Scholar Robin Bernstein notes in her work Racial Innocence that Harriet Beecher Stowe's

1852 abolitionist novel Uncle Tom's Cabin presents us with two child characters

Eva and Topsy.

White Eva is represented as having the pure hearted innocence of childhood, while black

Topsy is represented as an out of control child who has been corrupted into bad behavior

because of the evils of slavery.

So it's Topsy's link to the forced labor and the attendant ills of slavery that 'corrupts'

her in Stowe's abolitionist novel, requiring that she be "saved" and educated both

formally and through her proximity to Eva.

Uncle Tom's Cabin is also contemporary with 19th century debates on child labor for European

and white American children.

Yet false arguments that represented minority groups as "perpetual children" were often

utilized as a justification for enslavement and forced labor.

So childhood as a category of protection from work was often in flux.

So that leaves us with our final question: how did 18 become the legal crossroads between

kids and adults?

Well, part of the problem with defining an "adult" in modern Western society is the

lack of formal initiation rights.

Many societies throughout history have had a very well defined rituals like the Hamar

Cow Jumping, Apache Sunrise Ceremony or Japanese See Gin No Hi that conferred adult status

and responsibilities on those who went through them.

In the US the closest approximation we have to formally granting adult status is the ability

to vote, which technically makes you a full citizen.

And up until the 26th amendment, the voting age was a state by state decision.

But the idea of a national voting age at 18 really begins with our good friend

Franklin Delano Roosevelt.

During WW2 FDR lowered the draft age from 21 to 18.

But the voting age for national elections remained 21 in every state.

This outraged young men sent off to war, popularizing the slogan "Old enough to fight, old enough to vote."

And some states agreed.

Georgia was the first state to lower the voting age to 18, in 1943.

But many kept the voting age at 21.

This WW2 slogan and debate flared up again during the draft in the Vietnam War, because

Baby Boomers weren't too crazy about being sent into danger if they couldn't have a

say in the elected officials shipping them there.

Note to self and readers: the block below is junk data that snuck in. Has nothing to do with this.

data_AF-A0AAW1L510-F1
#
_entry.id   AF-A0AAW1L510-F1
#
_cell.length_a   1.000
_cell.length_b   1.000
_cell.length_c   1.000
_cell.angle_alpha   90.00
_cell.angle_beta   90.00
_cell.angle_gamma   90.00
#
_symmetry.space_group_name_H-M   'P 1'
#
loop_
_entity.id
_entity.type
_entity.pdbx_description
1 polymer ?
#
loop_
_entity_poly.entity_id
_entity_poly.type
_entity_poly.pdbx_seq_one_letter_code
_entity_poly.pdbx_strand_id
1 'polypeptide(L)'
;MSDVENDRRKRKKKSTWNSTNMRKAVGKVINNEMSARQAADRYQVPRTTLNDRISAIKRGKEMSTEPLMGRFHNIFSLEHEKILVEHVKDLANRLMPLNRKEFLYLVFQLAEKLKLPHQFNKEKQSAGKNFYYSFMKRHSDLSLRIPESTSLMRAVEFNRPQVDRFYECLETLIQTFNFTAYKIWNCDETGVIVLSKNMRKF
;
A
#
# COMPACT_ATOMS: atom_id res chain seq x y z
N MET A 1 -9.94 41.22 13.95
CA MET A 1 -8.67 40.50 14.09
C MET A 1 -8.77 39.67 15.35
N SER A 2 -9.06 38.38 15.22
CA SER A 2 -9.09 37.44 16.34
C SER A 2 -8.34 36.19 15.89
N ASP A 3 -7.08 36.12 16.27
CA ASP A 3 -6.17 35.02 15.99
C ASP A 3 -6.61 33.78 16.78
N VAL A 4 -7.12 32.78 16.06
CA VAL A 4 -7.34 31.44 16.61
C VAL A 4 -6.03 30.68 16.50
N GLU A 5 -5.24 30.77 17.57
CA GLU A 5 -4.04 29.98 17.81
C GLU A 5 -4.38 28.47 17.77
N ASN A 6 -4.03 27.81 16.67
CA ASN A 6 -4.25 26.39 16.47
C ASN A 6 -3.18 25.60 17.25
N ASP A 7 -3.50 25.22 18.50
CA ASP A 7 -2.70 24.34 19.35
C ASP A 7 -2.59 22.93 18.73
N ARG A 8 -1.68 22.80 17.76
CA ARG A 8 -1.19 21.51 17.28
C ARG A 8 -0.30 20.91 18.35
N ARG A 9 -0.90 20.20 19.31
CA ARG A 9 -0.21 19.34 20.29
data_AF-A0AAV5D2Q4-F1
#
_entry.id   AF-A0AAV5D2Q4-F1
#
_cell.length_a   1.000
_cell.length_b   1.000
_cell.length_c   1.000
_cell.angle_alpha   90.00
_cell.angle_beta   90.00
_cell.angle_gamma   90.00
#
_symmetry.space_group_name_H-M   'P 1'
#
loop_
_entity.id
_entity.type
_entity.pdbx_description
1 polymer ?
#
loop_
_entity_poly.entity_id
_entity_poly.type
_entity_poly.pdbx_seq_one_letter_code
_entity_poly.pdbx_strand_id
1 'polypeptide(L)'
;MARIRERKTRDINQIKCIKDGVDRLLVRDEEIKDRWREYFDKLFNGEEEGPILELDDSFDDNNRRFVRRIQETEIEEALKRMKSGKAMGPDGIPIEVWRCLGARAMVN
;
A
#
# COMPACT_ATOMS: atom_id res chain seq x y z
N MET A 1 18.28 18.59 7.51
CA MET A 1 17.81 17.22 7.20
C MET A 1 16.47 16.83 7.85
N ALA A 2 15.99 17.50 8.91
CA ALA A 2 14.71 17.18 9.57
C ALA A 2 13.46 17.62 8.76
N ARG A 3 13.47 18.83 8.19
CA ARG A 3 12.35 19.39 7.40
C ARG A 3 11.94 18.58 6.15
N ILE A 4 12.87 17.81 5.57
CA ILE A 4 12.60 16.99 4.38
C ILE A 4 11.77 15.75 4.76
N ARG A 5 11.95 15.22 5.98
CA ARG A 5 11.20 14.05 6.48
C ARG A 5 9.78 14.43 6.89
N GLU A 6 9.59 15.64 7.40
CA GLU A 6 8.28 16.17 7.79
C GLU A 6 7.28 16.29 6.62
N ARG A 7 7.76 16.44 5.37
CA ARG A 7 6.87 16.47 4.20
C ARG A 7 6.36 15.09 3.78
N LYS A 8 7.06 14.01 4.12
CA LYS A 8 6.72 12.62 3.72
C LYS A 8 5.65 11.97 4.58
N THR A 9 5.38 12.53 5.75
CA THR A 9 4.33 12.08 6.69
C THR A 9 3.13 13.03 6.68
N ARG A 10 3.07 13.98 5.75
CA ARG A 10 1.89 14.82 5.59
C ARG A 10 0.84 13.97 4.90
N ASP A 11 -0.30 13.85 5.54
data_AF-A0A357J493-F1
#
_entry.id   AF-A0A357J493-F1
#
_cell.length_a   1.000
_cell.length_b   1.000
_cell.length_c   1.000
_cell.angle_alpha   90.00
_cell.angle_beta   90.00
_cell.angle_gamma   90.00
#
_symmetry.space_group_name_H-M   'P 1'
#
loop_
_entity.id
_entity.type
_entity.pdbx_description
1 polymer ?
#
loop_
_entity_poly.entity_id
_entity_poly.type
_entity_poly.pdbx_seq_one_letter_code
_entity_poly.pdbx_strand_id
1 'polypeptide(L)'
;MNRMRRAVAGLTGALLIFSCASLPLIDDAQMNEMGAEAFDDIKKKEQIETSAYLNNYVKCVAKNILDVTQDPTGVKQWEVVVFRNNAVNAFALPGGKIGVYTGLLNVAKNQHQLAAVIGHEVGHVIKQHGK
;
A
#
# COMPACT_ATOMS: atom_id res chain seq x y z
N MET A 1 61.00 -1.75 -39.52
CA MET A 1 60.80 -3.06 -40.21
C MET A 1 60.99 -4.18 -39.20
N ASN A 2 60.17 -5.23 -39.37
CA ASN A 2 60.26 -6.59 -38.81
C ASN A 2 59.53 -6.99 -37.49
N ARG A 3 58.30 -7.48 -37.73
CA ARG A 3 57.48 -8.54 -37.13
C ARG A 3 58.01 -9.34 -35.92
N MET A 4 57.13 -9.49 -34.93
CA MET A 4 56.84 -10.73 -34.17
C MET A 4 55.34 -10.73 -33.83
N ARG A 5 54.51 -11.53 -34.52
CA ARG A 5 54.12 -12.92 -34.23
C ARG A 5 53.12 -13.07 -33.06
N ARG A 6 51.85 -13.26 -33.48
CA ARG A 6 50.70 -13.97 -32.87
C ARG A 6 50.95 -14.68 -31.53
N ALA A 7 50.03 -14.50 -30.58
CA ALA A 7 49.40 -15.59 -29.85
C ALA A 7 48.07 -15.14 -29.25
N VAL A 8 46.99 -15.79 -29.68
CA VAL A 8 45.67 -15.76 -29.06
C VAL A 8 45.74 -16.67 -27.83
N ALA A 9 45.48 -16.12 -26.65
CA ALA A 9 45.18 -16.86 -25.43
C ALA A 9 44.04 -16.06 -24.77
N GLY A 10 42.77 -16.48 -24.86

But it was a fight to get it to 18.

In 1969, 60 resolutions to lower the voting age were put up and rejected by congress.

Fortunately in 1970 an amendment was added the Voting Rights act of 1965 that established

18 as the voting age.

But even that was challenged in the Supreme Court Case (Oregon vs. Mitchell).

Which gave the wonky result of the Federal voting age being 18, but states still having

the power to make their local elections 21.

Fortunately, it was finally resolved when the 26th amendment was passed in 1971, which

lowered the voting age in all elections to 18.

Although it's not always framed this way, the fight surrounding the voting age and the

age of majority also somewhat mirrors other civil rights discussions of the 20th century.

Debates about the voting age were also occurring alongside other debates like the Voting Rights

Act of 1965, which extended voting protections to African Americans and underserved communities,

and the increased exposure in the press of movements such as the gay liberation movement

and women's rights.

All of these centered on the key question of not only how old you had to be to be considered

an adult, but who would be recognized as a full citizen under the law.

So how does it all add up?

18 may the age we've settled on as adult, but it isn't for entirely natural reasons.

It seems that 18 has more to do with the combination of the industrial revolution and the development

of labor laws, FDR lowering the draft age during World War II, and the corresponding

fight for full citizenship.